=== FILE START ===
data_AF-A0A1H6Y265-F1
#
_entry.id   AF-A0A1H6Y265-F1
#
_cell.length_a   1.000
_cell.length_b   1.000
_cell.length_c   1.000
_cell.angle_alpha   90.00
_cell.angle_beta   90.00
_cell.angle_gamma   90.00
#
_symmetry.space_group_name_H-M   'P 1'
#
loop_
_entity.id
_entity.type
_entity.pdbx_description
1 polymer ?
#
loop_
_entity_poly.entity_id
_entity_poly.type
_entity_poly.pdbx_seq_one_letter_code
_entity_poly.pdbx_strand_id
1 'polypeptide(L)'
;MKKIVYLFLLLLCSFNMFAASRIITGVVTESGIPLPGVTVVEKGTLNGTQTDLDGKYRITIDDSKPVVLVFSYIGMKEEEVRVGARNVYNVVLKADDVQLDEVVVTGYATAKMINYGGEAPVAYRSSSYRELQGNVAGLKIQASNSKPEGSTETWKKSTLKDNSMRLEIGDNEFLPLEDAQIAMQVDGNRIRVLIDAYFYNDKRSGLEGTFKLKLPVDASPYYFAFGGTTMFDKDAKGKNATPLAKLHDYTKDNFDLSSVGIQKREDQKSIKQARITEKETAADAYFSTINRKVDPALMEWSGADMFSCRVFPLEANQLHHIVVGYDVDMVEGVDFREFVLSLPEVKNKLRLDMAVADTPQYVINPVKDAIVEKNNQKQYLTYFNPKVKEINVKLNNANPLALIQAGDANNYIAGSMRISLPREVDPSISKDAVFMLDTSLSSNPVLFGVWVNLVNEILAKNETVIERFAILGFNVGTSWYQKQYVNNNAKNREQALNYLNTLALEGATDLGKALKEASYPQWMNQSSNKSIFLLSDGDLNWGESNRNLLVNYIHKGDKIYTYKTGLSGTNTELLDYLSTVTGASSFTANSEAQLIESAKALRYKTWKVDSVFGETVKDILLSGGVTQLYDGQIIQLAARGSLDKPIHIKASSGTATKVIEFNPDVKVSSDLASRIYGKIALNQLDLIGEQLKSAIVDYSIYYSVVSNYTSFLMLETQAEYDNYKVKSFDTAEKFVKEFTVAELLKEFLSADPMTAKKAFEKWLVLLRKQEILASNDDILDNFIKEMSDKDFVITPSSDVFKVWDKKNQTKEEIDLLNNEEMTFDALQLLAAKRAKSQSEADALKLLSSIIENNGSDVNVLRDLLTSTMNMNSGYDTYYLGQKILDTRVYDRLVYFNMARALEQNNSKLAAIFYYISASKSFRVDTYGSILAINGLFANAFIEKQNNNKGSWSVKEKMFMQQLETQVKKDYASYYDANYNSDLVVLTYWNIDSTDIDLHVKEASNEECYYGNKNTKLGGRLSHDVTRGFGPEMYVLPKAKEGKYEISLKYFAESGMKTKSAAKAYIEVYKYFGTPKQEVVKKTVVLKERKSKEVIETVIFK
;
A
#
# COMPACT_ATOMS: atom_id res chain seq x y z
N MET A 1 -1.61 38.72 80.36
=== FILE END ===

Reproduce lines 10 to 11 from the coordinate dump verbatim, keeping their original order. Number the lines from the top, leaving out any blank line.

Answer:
_cell.angle_gamma   90.00
#